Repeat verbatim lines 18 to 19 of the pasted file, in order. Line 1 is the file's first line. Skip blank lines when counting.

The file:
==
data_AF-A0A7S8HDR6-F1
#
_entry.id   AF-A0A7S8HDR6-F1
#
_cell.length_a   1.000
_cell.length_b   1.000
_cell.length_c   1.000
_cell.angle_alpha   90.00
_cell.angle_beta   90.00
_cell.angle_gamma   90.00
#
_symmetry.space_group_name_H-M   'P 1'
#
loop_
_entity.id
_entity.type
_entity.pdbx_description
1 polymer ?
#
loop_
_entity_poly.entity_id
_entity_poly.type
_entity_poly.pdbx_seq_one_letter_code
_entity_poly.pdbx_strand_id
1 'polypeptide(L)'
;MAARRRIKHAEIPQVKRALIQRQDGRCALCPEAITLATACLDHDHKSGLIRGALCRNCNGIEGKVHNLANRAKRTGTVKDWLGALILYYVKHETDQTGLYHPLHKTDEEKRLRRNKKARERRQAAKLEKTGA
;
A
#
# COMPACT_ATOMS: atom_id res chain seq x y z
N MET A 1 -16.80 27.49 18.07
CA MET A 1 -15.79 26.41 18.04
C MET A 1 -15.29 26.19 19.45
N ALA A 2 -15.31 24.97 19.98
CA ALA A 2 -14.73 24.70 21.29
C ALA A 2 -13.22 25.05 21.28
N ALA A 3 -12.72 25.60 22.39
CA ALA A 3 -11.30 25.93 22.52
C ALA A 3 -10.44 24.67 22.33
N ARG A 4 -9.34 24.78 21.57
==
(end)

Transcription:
1 polymer ?
#